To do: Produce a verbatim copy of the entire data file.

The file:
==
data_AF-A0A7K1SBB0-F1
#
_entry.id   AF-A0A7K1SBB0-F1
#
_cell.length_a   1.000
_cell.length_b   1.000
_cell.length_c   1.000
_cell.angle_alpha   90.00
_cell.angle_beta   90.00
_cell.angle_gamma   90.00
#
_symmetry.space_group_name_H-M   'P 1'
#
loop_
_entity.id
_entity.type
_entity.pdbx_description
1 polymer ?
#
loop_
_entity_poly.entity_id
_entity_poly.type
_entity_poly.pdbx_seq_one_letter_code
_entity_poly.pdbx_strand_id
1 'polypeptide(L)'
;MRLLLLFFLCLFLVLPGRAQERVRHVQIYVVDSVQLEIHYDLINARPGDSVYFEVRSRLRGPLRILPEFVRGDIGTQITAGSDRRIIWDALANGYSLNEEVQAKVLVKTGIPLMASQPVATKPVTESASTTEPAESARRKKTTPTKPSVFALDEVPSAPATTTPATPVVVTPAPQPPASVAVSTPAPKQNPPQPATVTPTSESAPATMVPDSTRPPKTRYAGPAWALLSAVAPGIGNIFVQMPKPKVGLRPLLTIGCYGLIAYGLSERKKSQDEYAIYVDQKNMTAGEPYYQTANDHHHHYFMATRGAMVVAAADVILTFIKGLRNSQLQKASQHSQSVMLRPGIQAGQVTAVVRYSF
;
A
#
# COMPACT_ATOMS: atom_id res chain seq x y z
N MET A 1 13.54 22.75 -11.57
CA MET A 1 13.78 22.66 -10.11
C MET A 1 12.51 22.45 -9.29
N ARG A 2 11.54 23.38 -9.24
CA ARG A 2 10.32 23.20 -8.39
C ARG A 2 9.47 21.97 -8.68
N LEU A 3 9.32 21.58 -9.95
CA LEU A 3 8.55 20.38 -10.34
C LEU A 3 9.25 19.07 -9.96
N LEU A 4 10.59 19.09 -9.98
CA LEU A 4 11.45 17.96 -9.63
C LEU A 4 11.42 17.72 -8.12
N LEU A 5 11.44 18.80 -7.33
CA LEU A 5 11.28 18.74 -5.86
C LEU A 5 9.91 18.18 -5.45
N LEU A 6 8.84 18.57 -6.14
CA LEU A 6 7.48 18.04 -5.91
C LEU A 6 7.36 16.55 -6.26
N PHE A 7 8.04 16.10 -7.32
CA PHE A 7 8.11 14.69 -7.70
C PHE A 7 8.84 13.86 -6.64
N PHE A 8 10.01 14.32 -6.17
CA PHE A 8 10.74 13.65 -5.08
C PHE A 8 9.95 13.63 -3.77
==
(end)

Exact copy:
data_AF-A0A7K1SBB0-F1
#
_entry.id   AF-A0A7K1SBB0-F1
#
_cell.length_a   1.000
_cell.length_b   1.000
_cell.length_c   1.000
_cell.angle_alpha   90.00
_cell.angle_beta   90.00
_cell.angle_gamma   90.00
#
_symmetry.space_group_name_H-M   'P 1'
#
loop_
_entity.id
_entity.type
_entity.pdbx_description
1 polymer ?
#
loop_
_entity_poly.entity_id
_entity_poly.type
_entity_poly.pdbx_seq_one_letter_code
_entity_poly.pdbx_strand_id
1 'polypeptide(L)'
;MRLLLLFFLCLFLVLPGRAQERVRHVQIYVVDSVQLEIHYDLINARPGDSVYFEVRSRLRGPLRILPEFVRGDIGTQITAGSDRRIIWDALANGYSLNEEVQAKVLVKTGIPLMASQPVATKPVTESASTTEPAESARRKKTTPTKPSVFALDEVPSAPATTTPATPVVVTPAPQPPASVAVSTPAPKQNPPQPATVTPTSESAPATMVPDSTRPPKTRYAGPAWALLSAVAPGIGNIFVQMPKPKVGLRPLLTIGCYGLIAYGLSERKKSQDEYAIYVDQKNMTAGEPYYQTANDHHHHYFMATRGAMVVAAADVILTFIKGLRNSQLQKASQHSQSVMLRPGIQAGQVTAVVRYSF
;
A
#
# COMPACT_ATOMS: atom_id res chain seq x y z
N MET A 1 13.54 22.75 -11.57
CA MET A 1 13.78 22.66 -10.11
C MET A 1 12.51 22.45 -9.29
N ARG A 2 11.54 23.38 -9.24
CA ARG A 2 10.32 23.20 -8.39
C ARG A 2 9.47 21.97 -8.68
N LEU A 3 9.32 21.58 -9.95
CA LEU A 3 8.55 20.38 -10.34
C LEU A 3 9.25 19.07 -9.96
N LEU A 4 10.59 19.09 -9.98
CA LEU A 4 11.45 17.96 -9.63
C LEU A 4 11.42 17.72 -8.12
N LEU A 5 11.44 18.80 -7.33
CA LEU A 5 11.28 18.74 -5.86
C LEU A 5 9.91 18.18 -5.45
N LEU A 6 8.84 18.57 -6.14
CA LEU A 6 7.48 18.04 -5.91
C LEU A 6 7.36 16.55 -6.26
N PHE A 7 8.04 16.10 -7.32
CA PHE A 7 8.11 14.69 -7.70
C PHE A 7 8.84 13.86 -6.64
N PHE A 8 10.01 14.32 -6.17
CA PHE A 8 10.74 13.65 -5.08
C PHE A 8 9.95 13.63 -3.77